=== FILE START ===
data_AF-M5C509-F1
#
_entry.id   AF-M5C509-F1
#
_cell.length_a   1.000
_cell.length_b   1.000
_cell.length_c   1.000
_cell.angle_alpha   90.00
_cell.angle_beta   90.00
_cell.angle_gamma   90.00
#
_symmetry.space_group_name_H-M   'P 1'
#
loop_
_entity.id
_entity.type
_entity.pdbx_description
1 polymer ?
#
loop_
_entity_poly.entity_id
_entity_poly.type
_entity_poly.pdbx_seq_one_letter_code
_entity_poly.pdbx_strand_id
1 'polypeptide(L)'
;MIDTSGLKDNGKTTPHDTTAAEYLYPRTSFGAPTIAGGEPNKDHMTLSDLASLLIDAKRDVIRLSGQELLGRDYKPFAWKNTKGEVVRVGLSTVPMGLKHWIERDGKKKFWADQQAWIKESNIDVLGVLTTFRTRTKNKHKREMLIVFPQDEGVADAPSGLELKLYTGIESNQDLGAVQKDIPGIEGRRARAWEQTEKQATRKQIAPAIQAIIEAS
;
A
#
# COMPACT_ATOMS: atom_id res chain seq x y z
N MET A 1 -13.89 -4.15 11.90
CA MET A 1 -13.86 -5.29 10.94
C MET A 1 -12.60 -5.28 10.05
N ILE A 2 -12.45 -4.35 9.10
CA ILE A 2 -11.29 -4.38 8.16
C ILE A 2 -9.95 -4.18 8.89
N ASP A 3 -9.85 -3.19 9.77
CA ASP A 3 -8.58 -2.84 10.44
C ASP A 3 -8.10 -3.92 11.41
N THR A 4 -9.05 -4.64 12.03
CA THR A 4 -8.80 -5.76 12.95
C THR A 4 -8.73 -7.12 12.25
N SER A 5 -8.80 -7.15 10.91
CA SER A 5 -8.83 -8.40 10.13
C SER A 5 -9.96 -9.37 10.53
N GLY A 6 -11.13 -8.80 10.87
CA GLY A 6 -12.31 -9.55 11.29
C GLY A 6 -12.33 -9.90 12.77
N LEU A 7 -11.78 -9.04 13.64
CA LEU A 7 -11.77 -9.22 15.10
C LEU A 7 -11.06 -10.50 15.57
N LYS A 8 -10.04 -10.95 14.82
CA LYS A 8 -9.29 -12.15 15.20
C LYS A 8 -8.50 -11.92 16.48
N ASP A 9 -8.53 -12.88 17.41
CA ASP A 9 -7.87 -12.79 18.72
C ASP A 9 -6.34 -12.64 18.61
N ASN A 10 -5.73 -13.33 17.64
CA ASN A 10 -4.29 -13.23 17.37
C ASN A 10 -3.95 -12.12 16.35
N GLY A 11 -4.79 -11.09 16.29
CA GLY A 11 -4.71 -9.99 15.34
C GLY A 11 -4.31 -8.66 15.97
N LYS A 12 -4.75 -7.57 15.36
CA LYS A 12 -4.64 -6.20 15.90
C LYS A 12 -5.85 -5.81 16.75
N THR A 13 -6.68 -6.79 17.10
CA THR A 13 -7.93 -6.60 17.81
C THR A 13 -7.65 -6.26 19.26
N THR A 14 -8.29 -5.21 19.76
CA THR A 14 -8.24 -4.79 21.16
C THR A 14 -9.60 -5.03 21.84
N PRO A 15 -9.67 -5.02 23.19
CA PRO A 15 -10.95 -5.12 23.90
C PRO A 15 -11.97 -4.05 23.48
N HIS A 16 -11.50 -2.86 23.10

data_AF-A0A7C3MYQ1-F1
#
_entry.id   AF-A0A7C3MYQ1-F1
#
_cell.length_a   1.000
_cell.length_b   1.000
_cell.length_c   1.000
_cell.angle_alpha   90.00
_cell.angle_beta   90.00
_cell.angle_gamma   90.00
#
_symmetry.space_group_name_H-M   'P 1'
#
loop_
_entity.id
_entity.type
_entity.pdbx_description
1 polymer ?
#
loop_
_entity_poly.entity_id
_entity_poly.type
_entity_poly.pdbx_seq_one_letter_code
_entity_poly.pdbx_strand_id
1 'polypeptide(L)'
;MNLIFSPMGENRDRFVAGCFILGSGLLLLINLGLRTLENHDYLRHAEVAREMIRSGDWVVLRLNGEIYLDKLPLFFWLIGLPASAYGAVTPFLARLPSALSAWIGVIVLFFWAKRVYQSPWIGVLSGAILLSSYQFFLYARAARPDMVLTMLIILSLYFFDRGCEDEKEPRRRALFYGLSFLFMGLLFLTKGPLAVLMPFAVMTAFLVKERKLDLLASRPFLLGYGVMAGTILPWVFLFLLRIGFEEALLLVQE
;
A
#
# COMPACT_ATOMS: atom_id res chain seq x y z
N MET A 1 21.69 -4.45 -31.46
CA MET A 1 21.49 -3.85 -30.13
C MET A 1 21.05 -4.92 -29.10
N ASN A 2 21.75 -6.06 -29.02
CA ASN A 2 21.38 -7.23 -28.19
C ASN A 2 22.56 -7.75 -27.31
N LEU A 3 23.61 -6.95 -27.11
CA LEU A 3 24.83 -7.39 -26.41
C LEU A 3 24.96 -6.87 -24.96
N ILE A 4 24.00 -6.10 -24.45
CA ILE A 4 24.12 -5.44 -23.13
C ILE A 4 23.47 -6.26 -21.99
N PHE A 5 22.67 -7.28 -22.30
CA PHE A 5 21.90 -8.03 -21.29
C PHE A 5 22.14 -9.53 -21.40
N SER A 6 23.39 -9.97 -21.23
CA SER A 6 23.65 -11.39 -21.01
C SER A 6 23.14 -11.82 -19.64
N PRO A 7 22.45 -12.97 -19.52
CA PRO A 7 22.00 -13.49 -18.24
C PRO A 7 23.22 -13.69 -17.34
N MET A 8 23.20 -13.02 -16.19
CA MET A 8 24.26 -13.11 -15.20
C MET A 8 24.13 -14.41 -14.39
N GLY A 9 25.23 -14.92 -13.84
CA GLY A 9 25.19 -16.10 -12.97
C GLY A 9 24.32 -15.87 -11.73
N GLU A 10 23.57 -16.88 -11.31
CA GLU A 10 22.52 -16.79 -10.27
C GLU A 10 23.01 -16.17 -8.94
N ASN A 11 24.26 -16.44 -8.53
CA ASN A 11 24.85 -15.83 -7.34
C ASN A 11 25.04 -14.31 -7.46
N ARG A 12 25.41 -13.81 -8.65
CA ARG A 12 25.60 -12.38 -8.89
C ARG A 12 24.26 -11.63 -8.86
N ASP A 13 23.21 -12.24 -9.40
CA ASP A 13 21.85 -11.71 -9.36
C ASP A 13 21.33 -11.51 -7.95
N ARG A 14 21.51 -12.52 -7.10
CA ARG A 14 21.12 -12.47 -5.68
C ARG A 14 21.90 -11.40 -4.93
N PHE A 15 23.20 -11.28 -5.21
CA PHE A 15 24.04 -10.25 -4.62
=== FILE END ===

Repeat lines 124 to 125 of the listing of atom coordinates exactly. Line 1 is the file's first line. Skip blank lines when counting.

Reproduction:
C SER A 6 23.14 -11.82 -19.64
N PRO A 7 22.45 -12.97 -19.52